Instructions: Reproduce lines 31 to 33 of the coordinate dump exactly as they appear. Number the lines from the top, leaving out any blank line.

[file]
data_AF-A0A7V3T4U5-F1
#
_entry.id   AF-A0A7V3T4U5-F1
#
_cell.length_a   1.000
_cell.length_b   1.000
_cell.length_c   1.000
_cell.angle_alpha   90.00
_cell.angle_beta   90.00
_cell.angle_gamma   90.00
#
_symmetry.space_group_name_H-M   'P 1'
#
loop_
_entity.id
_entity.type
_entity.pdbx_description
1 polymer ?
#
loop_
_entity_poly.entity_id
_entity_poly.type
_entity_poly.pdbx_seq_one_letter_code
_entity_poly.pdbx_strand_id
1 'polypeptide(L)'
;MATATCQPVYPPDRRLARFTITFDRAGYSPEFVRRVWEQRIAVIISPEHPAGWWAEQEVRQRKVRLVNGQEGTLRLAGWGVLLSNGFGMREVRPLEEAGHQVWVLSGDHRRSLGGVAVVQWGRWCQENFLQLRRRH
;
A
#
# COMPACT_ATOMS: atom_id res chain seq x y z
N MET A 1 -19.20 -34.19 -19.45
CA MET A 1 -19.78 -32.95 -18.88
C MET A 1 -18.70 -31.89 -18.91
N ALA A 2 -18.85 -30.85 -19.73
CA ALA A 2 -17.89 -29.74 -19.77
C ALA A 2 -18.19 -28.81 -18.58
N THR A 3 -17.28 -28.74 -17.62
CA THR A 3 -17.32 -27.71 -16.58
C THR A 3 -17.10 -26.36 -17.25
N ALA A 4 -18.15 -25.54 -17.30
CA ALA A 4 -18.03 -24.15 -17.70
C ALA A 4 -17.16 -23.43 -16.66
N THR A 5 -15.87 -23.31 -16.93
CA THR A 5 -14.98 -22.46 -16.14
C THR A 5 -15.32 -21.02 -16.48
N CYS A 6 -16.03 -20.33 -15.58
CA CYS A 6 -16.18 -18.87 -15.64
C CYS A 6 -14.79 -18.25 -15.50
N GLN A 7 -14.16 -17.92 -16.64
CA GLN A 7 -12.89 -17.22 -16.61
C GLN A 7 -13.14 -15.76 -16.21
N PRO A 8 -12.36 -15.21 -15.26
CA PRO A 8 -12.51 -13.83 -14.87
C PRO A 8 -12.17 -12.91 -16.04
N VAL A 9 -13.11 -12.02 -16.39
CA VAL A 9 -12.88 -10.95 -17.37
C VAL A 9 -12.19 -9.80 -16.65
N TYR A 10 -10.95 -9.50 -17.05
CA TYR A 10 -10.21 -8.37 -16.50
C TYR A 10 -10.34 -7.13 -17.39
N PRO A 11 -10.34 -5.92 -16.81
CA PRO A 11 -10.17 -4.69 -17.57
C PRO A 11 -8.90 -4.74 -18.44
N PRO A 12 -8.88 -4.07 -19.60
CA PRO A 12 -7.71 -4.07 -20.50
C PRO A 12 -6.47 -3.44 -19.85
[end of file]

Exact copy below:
N MET A 1 -19.20 -34.19 -19.45
CA MET A 1 -19.78 -32.95 -18.88
C MET A 1 -18.70 -31.89 -18.91